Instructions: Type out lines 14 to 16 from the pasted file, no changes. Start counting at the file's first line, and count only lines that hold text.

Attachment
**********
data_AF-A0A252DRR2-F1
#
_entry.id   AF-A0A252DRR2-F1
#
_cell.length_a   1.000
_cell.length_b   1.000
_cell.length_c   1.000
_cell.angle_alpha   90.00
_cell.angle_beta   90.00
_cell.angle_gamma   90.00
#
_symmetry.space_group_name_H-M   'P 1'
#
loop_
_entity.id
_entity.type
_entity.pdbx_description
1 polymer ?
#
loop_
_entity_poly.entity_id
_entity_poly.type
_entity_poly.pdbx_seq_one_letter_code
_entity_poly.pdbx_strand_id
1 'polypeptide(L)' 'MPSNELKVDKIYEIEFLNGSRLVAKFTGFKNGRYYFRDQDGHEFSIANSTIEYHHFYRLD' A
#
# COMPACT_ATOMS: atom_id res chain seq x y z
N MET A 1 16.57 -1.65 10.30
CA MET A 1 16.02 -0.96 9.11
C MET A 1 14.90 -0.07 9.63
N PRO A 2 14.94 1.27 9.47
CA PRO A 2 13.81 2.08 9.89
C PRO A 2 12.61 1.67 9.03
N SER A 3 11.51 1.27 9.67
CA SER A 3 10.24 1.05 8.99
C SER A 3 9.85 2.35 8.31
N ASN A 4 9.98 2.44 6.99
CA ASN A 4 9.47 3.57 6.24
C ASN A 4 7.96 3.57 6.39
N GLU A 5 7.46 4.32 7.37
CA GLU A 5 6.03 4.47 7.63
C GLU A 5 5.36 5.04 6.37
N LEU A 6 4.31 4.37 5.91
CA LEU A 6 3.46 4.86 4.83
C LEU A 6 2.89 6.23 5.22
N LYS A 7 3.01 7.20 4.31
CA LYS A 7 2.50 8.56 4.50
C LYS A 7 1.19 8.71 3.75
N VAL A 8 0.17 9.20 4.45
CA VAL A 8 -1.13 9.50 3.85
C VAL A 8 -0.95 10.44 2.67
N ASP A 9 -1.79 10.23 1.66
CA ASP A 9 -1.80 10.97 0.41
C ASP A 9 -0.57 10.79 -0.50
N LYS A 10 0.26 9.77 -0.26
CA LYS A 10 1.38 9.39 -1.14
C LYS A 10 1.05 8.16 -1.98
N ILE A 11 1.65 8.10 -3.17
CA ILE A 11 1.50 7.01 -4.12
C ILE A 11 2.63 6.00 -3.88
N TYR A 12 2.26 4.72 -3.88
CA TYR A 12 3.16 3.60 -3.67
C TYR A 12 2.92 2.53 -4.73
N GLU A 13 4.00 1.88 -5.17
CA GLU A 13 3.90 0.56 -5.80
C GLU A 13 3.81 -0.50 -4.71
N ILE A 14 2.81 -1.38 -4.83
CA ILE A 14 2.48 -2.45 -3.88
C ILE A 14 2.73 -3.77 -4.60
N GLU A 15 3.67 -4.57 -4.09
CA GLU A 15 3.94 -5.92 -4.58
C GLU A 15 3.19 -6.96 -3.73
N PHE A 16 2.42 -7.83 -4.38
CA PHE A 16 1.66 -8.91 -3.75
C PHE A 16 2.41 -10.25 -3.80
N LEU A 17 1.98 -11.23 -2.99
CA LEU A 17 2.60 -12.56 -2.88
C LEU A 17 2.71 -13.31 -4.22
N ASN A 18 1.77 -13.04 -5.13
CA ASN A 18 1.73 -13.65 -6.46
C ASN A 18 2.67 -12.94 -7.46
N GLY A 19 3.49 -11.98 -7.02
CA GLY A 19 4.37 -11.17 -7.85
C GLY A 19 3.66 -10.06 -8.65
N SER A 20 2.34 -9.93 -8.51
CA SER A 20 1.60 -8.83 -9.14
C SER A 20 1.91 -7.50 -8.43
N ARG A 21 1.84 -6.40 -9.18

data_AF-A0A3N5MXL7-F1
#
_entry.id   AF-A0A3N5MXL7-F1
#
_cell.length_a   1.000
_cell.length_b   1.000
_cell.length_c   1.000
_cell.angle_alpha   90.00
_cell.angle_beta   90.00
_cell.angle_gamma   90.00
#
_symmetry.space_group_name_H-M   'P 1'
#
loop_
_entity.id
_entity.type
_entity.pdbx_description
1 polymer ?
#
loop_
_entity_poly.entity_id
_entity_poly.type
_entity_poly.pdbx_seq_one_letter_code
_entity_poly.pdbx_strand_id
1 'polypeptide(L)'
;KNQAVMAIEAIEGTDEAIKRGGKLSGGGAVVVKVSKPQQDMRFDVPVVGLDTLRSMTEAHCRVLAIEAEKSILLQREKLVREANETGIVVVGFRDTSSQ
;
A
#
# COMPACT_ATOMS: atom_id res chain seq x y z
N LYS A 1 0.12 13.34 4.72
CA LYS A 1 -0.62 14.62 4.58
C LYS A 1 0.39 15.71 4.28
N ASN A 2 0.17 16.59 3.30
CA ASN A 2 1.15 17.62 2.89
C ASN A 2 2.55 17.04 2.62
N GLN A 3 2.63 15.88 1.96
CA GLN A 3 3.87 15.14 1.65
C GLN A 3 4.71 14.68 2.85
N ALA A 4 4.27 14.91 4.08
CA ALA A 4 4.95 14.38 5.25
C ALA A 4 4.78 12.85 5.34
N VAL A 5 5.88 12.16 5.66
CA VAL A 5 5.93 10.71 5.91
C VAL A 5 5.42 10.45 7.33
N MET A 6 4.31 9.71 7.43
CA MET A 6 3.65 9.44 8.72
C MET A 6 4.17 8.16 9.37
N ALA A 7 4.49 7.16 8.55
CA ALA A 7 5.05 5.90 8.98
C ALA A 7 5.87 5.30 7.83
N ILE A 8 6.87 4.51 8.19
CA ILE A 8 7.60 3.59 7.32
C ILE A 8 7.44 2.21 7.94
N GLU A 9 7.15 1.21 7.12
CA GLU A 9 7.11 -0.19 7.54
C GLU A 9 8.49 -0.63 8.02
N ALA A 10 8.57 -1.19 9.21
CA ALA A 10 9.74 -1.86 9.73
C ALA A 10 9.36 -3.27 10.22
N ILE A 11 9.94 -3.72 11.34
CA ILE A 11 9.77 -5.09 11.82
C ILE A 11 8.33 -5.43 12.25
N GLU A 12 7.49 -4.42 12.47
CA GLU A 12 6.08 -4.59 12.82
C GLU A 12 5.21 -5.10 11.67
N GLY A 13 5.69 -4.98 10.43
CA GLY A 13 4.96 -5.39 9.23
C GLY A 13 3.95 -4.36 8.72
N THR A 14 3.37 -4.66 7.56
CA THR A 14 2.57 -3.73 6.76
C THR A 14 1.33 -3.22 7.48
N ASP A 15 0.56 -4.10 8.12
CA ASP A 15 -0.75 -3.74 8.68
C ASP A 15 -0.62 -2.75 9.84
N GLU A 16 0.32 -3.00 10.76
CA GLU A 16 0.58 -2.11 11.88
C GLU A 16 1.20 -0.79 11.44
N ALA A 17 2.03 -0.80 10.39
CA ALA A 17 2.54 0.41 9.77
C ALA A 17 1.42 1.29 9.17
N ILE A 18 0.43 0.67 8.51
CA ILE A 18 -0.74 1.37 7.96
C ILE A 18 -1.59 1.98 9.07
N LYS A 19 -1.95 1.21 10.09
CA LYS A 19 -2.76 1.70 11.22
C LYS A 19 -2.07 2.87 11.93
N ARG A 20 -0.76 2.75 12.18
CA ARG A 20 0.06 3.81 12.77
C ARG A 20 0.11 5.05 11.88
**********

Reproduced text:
loop_
_entity.id
_entity.type